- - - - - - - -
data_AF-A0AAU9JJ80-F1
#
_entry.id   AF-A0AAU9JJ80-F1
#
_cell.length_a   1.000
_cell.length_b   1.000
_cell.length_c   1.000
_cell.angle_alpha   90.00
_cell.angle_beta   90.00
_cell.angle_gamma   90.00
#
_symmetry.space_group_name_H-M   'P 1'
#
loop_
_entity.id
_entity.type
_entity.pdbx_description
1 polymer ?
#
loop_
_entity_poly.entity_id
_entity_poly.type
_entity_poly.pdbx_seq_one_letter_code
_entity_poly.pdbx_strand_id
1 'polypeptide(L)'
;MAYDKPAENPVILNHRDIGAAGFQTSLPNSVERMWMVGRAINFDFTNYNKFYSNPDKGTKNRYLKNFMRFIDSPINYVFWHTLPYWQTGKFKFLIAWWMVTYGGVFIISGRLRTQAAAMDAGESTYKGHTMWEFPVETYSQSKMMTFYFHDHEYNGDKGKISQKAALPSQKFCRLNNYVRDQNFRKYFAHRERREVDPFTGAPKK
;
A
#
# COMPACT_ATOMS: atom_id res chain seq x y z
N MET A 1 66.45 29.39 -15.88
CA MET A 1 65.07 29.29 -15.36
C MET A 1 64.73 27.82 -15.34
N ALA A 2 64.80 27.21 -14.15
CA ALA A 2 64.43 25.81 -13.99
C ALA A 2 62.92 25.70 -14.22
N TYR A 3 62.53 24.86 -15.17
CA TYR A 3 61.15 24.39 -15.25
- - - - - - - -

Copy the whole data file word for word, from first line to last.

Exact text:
data_AF-A0AAU9JJ80-F1
#
_entry.id   AF-A0AAU9JJ80-F1
#
_cell.length_a   1.000
_cell.length_b   1.000
_cell.length_c   1.000
_cell.angle_alpha   90.00
_cell.angle_beta   90.00
_cell.angle_gamma   90.00
#
_symmetry.space_group_name_H-M   'P 1'
#
loop_
_entity.id
_entity.type
_entity.pdbx_description
1 polymer ?
#
loop_
_entity_poly.entity_id
_entity_poly.type
_entity_poly.pdbx_seq_one_letter_code
_entity_poly.pdbx_strand_id
1 'polypeptide(L)'
;MAYDKPAENPVILNHRDIGAAGFQTSLPNSVERMWMVGRAINFDFTNYNKFYSNPDKGTKNRYLKNFMRFIDSPINYVFWHTLPYWQTGKFKFLIAWWMVTYGGVFIISGRLRTQAAAMDAGESTYKGHTMWEFPVETYSQSKMMTFYFHDHEYNGDKGKISQKAALPSQKFCRLNNYVRDQNFRKYFAHRERREVDPFTGAPKK
;
A
#
# COMPACT_ATOMS: atom_id res chain seq x y z
N MET A 1 66.45 29.39 -15.88
CA MET A 1 65.07 29.29 -15.36
C MET A 1 64.73 27.82 -15.34
N ALA A 2 64.80 27.21 -14.15
CA ALA A 2 64.43 25.81 -13.99
C ALA A 2 62.92 25.70 -14.22
N TYR A 3 62.53 24.86 -15.17
CA TYR A 3 61.15 24.39 -15.25